BU Today

Campus Life

Universities Give IRS a Bigger Picture

Rules changes expand view into nonprofits


Robert Knox (CAS’74, GSM’75), BU Board of Trustees chair, says the new IRS requirements for “not-for-profits are following the governance best practices of the corporate world.” Photo by Kalman Zabarsky

The continuing march toward greater transparency in business makes its mark on nonprofit universities this week, when they are required for the first time to include the value of certain nontaxable benefits in the annual IRS reports of executive compensation. The changes, made to IRS Form 990, require not-for-profit institutions to provide greater disclosure on many fronts, including compensation, governance, conflicts of interest, and activities outside the United States.

Martin Howard, Boston University vice president for financial affairs and treasurer, says IRS Form 990 routinely requires nonprofit institutions to report the compensation of officers, trustees, key employees, and the five highest paid employees. For this year’s filing, says Howard, the IRS has broadened its disclosure requirements to include governance policies and procedures and also requires nonprofits to report certain kinds of nontaxable benefits, such as the value of University housing and the value of tuition remission, which is a benefit available to all BU employees whose children are admitted as undergraduates to the University.

Last year, for example, President Robert A. Brown’s aggregate compensation and benefits as defined by the IRS was $804,639, a figure that does not include the value of housing. This year’s reported aggregate compensation, which includes $257,447 for housing, was $1,043,292, even though Brown’s salary, like that of other highly compensated BU employees, was frozen in 2009. Other administrators who live in University housing include Executive Vice President Joseph Mercurio, whose housing is valued at $157,399, and Provost David Campbell, whose housing is valued at $121,771. The value of University-provided housing is based on the opinions of independent real estate professionals and accounts for the properties as if they were used entirely as private residences, not for University functions.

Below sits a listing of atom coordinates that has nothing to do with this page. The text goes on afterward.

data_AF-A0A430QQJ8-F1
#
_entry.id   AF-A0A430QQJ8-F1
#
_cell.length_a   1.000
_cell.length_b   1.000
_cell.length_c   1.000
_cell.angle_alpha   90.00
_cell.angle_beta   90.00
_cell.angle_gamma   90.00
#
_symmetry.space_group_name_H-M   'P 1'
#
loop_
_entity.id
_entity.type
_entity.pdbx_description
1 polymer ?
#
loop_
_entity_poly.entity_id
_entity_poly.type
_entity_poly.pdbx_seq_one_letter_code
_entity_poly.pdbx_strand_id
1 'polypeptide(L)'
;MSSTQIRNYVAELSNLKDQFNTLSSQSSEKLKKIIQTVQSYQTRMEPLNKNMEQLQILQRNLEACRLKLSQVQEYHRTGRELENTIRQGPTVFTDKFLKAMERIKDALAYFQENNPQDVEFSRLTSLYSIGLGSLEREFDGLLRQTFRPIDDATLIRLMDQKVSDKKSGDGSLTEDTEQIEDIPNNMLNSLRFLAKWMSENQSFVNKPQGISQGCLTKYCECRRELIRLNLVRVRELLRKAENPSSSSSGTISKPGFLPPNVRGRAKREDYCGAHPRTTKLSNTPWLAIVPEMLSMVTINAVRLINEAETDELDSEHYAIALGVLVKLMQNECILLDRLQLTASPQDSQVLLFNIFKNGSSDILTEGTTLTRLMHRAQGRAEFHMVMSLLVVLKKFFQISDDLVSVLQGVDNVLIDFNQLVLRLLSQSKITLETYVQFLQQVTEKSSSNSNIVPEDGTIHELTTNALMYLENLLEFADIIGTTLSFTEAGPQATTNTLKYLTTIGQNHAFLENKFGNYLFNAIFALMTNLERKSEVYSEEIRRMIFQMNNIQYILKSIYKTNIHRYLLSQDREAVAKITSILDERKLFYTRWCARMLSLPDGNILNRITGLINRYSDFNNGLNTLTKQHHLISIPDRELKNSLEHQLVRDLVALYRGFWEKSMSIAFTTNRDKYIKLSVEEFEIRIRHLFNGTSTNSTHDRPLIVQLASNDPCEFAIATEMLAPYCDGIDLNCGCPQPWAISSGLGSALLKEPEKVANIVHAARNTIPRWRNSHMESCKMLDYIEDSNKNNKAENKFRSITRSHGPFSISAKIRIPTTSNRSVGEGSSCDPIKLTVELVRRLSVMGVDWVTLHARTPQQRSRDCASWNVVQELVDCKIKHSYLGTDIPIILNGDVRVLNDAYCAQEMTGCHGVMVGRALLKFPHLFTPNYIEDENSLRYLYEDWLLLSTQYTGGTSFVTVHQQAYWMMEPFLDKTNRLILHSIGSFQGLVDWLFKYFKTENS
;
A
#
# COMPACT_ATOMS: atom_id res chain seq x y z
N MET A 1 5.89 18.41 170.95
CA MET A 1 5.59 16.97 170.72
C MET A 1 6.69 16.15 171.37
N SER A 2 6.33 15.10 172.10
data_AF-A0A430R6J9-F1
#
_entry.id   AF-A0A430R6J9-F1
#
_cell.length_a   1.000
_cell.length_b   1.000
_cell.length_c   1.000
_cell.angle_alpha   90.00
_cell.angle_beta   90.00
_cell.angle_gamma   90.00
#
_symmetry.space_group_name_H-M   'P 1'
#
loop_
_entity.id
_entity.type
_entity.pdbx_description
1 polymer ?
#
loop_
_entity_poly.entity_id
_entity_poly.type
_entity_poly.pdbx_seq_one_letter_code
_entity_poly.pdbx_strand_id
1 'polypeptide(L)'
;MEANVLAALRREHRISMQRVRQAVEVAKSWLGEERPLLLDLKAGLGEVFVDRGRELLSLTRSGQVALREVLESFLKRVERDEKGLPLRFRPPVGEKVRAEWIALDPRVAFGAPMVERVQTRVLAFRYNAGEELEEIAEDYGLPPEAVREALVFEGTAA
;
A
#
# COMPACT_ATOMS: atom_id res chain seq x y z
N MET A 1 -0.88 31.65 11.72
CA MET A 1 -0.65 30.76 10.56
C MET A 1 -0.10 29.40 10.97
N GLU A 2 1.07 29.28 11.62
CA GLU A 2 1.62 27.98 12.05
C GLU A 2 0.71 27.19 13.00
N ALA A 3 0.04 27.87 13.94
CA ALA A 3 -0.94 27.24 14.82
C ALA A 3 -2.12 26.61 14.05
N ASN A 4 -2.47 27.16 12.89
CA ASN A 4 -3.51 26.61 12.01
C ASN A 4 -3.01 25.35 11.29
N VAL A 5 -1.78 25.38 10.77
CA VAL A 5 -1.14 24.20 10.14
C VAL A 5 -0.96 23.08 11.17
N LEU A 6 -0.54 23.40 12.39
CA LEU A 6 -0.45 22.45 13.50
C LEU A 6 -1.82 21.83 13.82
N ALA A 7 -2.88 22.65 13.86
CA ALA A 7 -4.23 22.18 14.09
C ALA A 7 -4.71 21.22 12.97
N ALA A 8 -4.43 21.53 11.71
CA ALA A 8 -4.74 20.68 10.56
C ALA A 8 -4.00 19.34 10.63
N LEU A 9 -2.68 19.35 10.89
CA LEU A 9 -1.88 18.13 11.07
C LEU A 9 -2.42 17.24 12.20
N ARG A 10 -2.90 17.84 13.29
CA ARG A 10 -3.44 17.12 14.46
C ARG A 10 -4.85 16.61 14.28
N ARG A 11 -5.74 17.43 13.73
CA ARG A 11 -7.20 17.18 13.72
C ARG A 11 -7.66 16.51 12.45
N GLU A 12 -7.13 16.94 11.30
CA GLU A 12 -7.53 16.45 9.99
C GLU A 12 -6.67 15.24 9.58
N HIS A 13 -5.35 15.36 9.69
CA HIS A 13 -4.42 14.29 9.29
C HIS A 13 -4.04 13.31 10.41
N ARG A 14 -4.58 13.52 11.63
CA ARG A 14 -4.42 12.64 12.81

Robert A. Knox (CAS’74, GSM’75), chair of the Board of Trustees, says he supports the move toward greater transparency, which started eight years ago with the passage of the Sarbanes-Oxley Act and has been championed by Senator Charles Grassley (R-Iowa), as well as the Obama administration. “I don’t think this is a bad thing,” says Knox. “What has happened is the not-for-profits are following the governance best practices of the corporate world.”

“As someone sitting on more than 25 boards, I’m very confident that we have a solid and thoughtful process for reviewing executive compensation,” he says. “We have an executive compensation committee that can only be made up of members of the board who do not have any business dealings with the University.”

Knox says the process for determining executive compensation begins at the start of every calendar year. “The compensation committee gathers information using an outside compensation consultant,” he says. “We look at our peer institutions, roughly 30 peer institutions that are similar in scale and location. They are in urban markets and they are research-based. Tufts is in there, too, because it’s local. We have an outside consultant do a survey for very specific and precise job titles.”

Brown prepares performance appraisals for each of the positions reviewed, Knox says, and the Board of Trustees writes a separate, detailed performance appraisal of the president every year.

“In the corporate world that I come from, requirements similar to the new 990 provisions have been in place for some time,” says Knox. “It’s certainly not a bad thing for people to know exactly what all these items are.”

The changes to Form 990, which expand the focus beyond financial data to the work of the governing body, encourage the Board of Trustees to work in closer partnership with University management to ensure that the organization’s governance is effective, up-to-date, and properly explained to the public. The form asks, for example, for broader explication of the use of best practices in governance policies and procedures and for more information about the level of independence of the board, as well as business transactions and family relationships that might compromise the board’s independence. The goal of these changes is to provide the public with a better understanding of the organization’s structure, operations, and use of resources.

Read Boston University’s Form 990 filing here.

Art Jahnke can be reached at jahnke@bu.edu.

+ Comments

Post Your Comment

(never shown)